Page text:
Where’s the line between a creative campaign and fake news? “Ivory Lane” was supposedly a Singapore retailer selling ivory jewellery. After days of public outcry, World Wildlife Fund revealed it to be a campaign highlighting the shortcomings of wildlife laws. In an age of misinformation, some criticized the tactic as irresponsible. Another view: helping people think about issues in new ways that aren’t focused on law, policy and science expose them to new perspectives. This used to be called learning, not “fake news.” [Heather Chen | BBC]


The far-reaching effects of investing in youth. After Subhash Kadam underwent youth leadership training from the Bangalore-based Art of Living Foundation, he spearheaded a community-based water conservation campaign that transformed his rural village into a drought-proof place with 24/7 supply. [Parth Sharma | News18]

Storytelling lessons from BBC’s hunt for new formats. “Choose-your-own-adventure” was a hit with readers. A movie-like intro easing the audience into the story? Not so much. “People want to know what the story is about before they decide to invest…” said Tristan Ferne, the lead producer for the BBC’s research and development unit. [Christine Schmidt | Nieman Lab]

How video is helping campaign against police abuse in Australia: “Stand back, don’t become part of it, de-escalate,” said George Newhouse, a National Justice Project lawyer. When recording video, “make sure your footage is saved to the cloud. In some situations, police try to delete videos.” [Giovanni Torre | New York Times]


Using radio to get around government social media shutdowns. “The Saudi authorities could ban Twitter at any moment and we would lose the archive of our thoughts. Whereas the radio gives us the opportunity to record programmes and broadcast them on other platforms.” A group of women campaigning for women’s rights in Saudi Arabia broadcasts using only a microphone, a laptop with editing software and live audio streaming website Mixlr. [Alma Hassoun | BBC]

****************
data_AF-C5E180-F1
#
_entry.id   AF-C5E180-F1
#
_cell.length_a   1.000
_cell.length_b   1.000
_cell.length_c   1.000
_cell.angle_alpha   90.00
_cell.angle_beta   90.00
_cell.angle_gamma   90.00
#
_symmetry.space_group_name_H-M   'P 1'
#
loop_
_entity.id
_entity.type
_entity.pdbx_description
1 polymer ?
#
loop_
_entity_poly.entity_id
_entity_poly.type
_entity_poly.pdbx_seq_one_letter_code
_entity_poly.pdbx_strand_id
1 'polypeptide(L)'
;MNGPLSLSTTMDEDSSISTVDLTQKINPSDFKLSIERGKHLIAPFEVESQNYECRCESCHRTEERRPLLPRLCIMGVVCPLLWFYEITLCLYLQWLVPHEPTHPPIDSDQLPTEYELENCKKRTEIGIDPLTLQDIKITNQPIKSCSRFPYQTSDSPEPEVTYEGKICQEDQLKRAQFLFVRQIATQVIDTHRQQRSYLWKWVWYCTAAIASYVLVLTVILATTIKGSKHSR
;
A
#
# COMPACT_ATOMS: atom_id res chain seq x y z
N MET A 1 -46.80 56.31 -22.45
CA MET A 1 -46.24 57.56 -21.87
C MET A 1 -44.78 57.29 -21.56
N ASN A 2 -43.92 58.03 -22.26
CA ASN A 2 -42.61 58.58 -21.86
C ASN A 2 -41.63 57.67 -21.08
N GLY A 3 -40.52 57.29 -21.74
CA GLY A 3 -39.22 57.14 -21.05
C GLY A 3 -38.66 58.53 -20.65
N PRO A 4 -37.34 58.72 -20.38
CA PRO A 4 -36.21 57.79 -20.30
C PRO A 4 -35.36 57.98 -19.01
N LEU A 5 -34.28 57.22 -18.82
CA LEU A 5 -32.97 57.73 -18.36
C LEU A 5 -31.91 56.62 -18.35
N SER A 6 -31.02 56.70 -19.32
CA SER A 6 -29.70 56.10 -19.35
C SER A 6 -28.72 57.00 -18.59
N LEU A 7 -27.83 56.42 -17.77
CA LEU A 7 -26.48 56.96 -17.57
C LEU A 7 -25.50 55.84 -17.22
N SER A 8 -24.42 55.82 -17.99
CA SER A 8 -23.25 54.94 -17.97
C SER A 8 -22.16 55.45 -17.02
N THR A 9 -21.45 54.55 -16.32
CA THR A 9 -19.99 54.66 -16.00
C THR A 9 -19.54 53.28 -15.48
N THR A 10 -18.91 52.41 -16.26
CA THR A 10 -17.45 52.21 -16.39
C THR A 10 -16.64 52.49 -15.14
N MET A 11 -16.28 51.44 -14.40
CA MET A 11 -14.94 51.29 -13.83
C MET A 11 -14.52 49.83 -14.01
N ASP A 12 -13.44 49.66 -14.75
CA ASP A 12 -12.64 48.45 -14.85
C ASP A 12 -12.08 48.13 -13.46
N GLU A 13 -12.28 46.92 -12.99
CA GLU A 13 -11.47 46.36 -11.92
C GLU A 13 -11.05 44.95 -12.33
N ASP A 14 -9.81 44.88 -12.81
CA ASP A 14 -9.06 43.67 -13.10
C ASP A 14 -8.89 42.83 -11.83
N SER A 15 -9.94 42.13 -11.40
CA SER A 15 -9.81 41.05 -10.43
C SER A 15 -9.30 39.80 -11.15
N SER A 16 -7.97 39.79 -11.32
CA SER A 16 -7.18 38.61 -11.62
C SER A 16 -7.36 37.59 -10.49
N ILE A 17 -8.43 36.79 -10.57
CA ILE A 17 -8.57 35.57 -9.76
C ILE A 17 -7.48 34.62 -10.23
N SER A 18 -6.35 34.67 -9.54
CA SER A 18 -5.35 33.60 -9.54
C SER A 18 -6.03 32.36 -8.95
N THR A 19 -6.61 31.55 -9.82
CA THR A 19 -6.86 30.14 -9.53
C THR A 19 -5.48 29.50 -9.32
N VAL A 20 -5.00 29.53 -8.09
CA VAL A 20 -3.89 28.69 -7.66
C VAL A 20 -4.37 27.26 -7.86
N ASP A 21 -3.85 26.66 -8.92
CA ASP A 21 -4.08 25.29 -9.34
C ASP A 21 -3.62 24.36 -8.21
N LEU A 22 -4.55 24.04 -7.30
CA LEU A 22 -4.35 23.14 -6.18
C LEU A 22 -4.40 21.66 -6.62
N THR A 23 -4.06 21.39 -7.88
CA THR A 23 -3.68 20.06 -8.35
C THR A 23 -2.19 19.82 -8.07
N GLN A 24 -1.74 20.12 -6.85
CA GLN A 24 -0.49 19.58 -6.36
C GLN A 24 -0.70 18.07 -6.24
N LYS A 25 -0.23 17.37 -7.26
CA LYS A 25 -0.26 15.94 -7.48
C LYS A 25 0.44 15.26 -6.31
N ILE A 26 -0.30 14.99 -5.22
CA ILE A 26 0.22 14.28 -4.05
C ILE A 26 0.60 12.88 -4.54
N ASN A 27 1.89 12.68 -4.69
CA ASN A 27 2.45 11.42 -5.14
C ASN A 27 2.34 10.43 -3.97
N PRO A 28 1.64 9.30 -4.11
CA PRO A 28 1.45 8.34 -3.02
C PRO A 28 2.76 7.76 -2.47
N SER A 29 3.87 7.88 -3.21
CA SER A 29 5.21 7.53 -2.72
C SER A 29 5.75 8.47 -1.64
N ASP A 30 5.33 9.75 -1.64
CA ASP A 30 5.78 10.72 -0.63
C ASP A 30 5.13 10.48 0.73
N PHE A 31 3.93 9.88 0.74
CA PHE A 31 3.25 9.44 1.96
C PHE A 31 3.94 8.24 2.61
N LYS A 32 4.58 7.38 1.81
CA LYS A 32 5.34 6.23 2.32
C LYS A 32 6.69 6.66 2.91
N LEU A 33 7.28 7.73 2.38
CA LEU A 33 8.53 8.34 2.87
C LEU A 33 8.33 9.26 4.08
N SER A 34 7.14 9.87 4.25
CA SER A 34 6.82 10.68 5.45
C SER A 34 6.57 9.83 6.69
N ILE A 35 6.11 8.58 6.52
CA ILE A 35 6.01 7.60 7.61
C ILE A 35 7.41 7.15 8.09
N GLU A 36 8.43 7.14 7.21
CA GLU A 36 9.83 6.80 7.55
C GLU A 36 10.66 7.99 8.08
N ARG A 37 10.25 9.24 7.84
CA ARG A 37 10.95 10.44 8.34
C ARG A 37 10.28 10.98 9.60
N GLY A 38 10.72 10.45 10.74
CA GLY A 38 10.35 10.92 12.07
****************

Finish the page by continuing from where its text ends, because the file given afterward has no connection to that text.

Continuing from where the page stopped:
Need your ideas for better societies. The European Women’s Lobby is partnering with civil society groups to collect new ideas, examples of communications and framing, data, research, and experiences that can connect issues, values and organisations.


Social media took us from Tahrir Square to Donald Trump. How? Traditional gatekeepers are weaker and local journalism is disappearing. At the same time, new algorithmic gatekeepers fuel mistrust and doubt for clicks; online echo chambers strengthen our feeling of belonging; and a narrow understanding of digital security prevails. [Zeynep Tufekci | MIT Technology Review]